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Employer Able Tie Regular Attendance to Essential Function

Adrianne Popeck suffered from irritable bowel syndrome (IBS). She was hired by Rawlings, Co., LLC prior to her diagnosis and had a successful first few years of employment. After her diagnosis, Popeck requested and was granted intermittent leave under the Family and Medical Leave Act (FMLA). Through this leave, she could arrive late or leave early when her severe stomach cramping or sudden diarrhea came on. As this continued, management became concerned about her coming late, leaving early, taking excessive breaks as well as underperforming. Popeck was demoted back to an entry-level auditing position. She used up all of her FMLA leave; she then applied for and was granted an Americans with Disabilities Act (ADA) accommodation to arrive late or leave early until she was eligible again for FMLA leave. During this period, she was disciplined for arriving to work late and/or departing early 14 times. Her reasons were not related to her IBS. When she again exhausted her FMLA leave and her accommodation request for gap-filling leave was denied, she was thereafter terminated for missing too much work.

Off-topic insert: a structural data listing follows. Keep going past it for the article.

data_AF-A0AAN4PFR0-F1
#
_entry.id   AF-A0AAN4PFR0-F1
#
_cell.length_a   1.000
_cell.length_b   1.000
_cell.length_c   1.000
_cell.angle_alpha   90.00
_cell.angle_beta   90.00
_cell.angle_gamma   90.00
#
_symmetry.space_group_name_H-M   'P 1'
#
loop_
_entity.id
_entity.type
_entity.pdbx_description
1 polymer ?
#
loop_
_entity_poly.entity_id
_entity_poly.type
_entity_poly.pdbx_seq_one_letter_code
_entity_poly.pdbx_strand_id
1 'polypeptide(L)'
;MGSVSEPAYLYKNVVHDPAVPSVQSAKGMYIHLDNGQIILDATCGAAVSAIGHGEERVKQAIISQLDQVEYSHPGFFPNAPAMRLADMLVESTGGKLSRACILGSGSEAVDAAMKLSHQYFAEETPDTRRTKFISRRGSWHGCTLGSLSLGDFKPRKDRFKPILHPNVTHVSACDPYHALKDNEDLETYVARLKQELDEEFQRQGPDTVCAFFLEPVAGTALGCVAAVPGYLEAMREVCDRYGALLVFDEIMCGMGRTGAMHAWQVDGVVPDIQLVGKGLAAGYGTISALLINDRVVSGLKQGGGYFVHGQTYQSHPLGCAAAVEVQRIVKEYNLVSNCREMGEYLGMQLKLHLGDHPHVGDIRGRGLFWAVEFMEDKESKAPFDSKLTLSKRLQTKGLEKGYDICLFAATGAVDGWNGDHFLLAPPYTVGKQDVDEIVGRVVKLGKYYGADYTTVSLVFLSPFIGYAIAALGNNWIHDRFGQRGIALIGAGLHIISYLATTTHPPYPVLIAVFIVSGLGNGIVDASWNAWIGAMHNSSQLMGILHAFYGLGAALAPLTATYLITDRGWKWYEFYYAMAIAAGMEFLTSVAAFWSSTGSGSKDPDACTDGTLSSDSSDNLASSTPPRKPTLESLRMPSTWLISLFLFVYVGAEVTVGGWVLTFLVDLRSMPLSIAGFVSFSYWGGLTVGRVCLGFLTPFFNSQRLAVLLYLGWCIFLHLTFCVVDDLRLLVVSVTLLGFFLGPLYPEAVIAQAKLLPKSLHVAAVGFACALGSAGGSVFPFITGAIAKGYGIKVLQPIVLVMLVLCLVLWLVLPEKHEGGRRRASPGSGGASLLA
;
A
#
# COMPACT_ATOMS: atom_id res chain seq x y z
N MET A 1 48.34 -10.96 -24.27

In an unpublished opinion, the Sixth Circuit Court of Appeals ruled on Popeck’s claim that Rawlings violated the ADA by failing to accommodate her and firing her. The court looked to determine whether “regular, in-person attendance” was an essential function of her auditor position. Evidence showed that auditors needed to access information about healthcare claims from secure computers in Rawlings’ offices and in fact, the company prohibited auditors from working remotely due to the “large volume of confidential and HIPAA protected personal information.”

Propeck argued that other employees were permitted to work remotely. The Court rejected this argument because those employees had different functions than auditors. Moreover, the appellate court did not find Propeck’s proposed accommodation would allow her to perform the essential functions of her position. Arriving late and leaving early would not allow her to engage in “regular, on-site” attendance when she had missed work nearly 60% of the time according to the evidence. Based on its fact-intensive evaluation, the circuit court concluded that Rawlings had established that Propeck was not qualified for her position.